October Sky

Winter Lake, A. D. Rogers, 1992 (photo © cjjasp)
Winter Lake, A. D. Rogers, 1992 (photo © cjjasp)

It had been the coldest October that I could remember. Rafts of ice floated up and down the lake, blown by the winds, breaking up and re-forming as if dancing a ballet. The leaves had been off the trees since the end of September, almost as if they couldn’t fall fast enough.

My evenings were wonderful. The sun drifted its way behind the hills as the wind died off to nothing. The lake became a mirror reflecting the pink-blue-purple-gold of the sky and the deep green of the evergreen forested hills. It was a green so deep that it appeared to be black.

I would sit at my frozen picnic table with a steaming mug of coffee in my frozen hands, watching the snow-geese and the western grebes. Only the voices of the loons and the geese pierced the blanket of peace I had wrapped about myself.

When the colors had faded and I could no longer feel my fingers I would go back into the house and stoke up the fire, still in the thrall of the lake’s spell. Then, only when I had absorbed the tranquility of my lake I would pick up a brush and enter my world of canvas and color.

On the first morning that I saw the naked trees stark against the incredible sky, I knew I had to somehow capture the power that I felt upon looking at them. Attempt followed attempt and soon my house was littered with the “almosts.” The bones of the trees were right but the essence of the sky was missing. Each night I worked longer and more feverishly until one day I realized that I had to back off and gain some perspective.

And so it was that in the small hours before dawn one morning I put away the brushes and paints, and covered the canvasses, frustrated by my inability to capture the essence of the lake and the sky that was mirrored in it. Exhausted, I fell into my bed drained and unable to concentrate, yet sleep escaped me. My mind was filled with the loons and the trees and their sky.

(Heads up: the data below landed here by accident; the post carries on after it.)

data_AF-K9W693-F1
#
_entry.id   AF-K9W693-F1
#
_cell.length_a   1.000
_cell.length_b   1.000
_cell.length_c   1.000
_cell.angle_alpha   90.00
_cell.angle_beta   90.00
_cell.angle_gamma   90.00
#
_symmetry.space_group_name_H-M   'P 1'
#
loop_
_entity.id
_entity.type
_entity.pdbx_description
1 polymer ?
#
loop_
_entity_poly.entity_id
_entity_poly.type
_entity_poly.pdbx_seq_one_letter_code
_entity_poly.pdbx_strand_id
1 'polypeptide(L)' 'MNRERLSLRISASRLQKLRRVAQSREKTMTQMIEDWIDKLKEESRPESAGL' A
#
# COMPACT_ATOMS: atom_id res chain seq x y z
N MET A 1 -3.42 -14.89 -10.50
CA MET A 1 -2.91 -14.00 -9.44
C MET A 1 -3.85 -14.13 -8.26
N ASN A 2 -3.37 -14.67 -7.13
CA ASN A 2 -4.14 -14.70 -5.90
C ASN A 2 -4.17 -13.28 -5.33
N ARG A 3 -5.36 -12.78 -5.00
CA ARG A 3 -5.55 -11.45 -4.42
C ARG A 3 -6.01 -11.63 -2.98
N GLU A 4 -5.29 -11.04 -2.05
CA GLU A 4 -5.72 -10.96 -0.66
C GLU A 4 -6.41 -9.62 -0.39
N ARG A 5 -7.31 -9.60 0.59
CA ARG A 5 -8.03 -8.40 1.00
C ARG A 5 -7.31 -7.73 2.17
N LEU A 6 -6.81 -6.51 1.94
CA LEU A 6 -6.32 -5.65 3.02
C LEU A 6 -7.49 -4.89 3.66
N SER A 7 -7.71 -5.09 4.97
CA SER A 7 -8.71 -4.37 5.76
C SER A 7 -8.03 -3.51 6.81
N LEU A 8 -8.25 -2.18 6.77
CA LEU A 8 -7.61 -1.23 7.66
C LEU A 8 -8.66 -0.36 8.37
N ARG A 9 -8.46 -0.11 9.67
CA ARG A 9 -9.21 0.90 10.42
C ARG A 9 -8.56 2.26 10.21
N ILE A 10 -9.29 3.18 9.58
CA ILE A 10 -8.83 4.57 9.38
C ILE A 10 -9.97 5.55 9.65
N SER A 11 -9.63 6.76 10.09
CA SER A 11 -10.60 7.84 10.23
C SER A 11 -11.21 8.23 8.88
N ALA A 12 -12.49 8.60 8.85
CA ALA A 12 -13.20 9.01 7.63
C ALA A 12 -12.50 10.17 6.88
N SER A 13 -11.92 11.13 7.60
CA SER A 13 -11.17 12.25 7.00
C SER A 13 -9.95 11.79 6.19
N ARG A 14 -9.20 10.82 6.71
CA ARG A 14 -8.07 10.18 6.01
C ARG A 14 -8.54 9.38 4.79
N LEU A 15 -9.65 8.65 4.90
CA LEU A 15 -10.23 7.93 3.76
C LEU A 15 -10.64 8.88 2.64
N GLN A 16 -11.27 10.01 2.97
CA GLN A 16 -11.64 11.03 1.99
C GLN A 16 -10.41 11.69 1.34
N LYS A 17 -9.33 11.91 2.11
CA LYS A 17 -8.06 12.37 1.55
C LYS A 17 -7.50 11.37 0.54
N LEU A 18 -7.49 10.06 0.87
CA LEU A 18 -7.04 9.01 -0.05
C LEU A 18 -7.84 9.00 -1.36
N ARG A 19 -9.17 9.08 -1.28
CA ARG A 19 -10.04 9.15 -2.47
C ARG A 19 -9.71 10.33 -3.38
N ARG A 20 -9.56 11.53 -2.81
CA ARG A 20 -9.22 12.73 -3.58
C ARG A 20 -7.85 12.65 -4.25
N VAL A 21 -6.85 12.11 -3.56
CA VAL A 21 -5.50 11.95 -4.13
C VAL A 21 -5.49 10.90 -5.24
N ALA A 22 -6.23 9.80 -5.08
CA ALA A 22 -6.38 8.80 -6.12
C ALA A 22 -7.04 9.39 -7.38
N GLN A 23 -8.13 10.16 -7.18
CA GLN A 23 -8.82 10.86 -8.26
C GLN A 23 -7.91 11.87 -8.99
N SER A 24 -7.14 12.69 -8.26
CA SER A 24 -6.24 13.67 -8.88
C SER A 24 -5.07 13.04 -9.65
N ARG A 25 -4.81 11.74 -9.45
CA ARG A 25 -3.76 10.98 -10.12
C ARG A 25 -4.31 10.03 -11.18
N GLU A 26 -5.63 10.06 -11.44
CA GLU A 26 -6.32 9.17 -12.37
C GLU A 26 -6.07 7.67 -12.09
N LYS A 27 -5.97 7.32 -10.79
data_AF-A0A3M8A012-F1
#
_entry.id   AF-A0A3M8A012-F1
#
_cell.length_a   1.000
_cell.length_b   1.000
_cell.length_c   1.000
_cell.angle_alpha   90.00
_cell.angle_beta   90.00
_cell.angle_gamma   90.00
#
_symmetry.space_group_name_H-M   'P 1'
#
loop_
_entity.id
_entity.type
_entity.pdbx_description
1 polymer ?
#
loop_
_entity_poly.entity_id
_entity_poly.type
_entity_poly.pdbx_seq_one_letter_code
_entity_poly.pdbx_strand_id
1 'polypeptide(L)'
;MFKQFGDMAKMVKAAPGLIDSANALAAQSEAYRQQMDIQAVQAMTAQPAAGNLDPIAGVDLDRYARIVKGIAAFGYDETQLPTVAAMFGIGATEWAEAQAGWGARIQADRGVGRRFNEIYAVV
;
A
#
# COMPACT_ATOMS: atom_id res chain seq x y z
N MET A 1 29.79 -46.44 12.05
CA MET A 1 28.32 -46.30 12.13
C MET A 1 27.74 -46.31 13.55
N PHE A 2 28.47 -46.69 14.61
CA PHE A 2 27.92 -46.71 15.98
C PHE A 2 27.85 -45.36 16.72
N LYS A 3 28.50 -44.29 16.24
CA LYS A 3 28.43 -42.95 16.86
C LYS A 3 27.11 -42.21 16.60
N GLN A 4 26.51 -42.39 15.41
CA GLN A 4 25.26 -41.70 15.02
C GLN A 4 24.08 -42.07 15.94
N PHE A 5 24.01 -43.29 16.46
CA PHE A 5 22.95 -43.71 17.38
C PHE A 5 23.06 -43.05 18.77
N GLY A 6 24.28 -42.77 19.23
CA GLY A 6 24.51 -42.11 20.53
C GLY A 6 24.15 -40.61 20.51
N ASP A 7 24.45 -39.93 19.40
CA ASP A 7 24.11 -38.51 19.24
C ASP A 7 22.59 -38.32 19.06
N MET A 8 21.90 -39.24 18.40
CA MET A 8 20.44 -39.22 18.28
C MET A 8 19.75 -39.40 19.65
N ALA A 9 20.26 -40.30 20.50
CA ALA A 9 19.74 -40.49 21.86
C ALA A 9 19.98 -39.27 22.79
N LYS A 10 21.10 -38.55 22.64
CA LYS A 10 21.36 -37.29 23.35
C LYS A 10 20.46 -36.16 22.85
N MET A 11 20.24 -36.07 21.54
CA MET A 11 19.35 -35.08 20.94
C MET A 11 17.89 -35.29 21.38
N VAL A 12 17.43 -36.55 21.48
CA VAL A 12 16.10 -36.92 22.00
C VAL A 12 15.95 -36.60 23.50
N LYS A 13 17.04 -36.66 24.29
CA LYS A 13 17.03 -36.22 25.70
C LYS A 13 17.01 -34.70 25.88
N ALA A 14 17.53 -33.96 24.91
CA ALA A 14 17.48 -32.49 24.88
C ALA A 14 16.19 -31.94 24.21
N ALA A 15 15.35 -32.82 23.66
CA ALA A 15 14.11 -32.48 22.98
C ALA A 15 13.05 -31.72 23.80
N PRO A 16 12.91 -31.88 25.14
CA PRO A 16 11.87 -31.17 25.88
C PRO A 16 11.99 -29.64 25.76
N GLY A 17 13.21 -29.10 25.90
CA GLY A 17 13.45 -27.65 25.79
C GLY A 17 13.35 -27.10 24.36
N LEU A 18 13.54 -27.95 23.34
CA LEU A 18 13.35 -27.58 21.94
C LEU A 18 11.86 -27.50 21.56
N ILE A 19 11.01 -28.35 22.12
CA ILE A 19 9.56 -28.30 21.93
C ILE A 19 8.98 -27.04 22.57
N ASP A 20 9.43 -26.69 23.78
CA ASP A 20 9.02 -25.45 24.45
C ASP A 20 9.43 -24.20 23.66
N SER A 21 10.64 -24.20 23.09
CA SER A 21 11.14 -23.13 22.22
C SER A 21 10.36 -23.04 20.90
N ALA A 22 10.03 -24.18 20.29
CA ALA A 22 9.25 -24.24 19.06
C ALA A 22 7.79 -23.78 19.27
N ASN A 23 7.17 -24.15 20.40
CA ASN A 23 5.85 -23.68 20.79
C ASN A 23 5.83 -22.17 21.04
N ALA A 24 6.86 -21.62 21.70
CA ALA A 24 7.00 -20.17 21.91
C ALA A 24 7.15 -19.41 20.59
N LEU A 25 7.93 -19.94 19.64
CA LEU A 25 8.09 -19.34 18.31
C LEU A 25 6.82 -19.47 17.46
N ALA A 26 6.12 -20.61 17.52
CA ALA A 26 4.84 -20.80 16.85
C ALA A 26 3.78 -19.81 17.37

At last, knowing it was futile to try to sleep I rose and made myself tea. Wrapping a blanket about myself I walked out to my small sitting room to watch the trees greeting the pale dawn. The warmth and fragrance of the steaming cup of tea made me feel rested as my bed never had, and the familiarity of the ritual soothed away my frustrations.

The serenity of the moment deepened, a sense of sacredness pervaded the garden. Willingly, I gave myself to the experience, allowing the essence of the moment to seep into my soul.

The air felt strange, alive and crystalline, and the trees beckoned to me. I could feel them calling me to come out and greet the sun with them, and bemused, I answered their call. Still wrapped in my blanket, I walked in the frozen grass, until I was in the orchard among the trees at the shore of the lake.

Looking west to the black-forested hills, I held my breath, awed by the feeling of anticipation that infused me. In some way, I knew that I stood on the verge of an event, huge and unfathomable, though what it could be I couldn’t imagine.

Gradually I realized that the ground was vibrating beneath my feet, and had been for a while, shaking as if a giant walked nearby. As I became aware of the vibrations beneath my feet a rumbling began to penetrate the crystalline air, shattering the peace I had surrounded myself in. The unfamiliar thunders grew louder with every moment and the birds too were silent, as if waiting to see what approached.

Huddling nervously in my blanket, my eyes were drawn to the north and there, emerging from the mist I saw machines—great, huge, monstrous machines I had no words to describe. They came slowly and relentlessly down the middle of my lake. The waters rolled and boiled around them as they passed me by, paying me less attention than they did the trees. The ice floes broke and tipped crazily, riding the waves that danced about the giant treads.

The line of machines continued south, grinding through the swamp, going I knew not where and coming from where I could not imagine. As they came, the waters grew and waves began splashing at my feet and then my knees. At last realizing that I was in trouble, I turned and raced for the higher ground and the safety of my house.

Still the waters rose, following me, and still the machines came rolling down from the north.

I closed the door and stood staring out the window at the rising waters and the monstrous machines that continued their unrelenting journey south. The waters rose and my house began swaying, creaking and groaning under the water’s assault.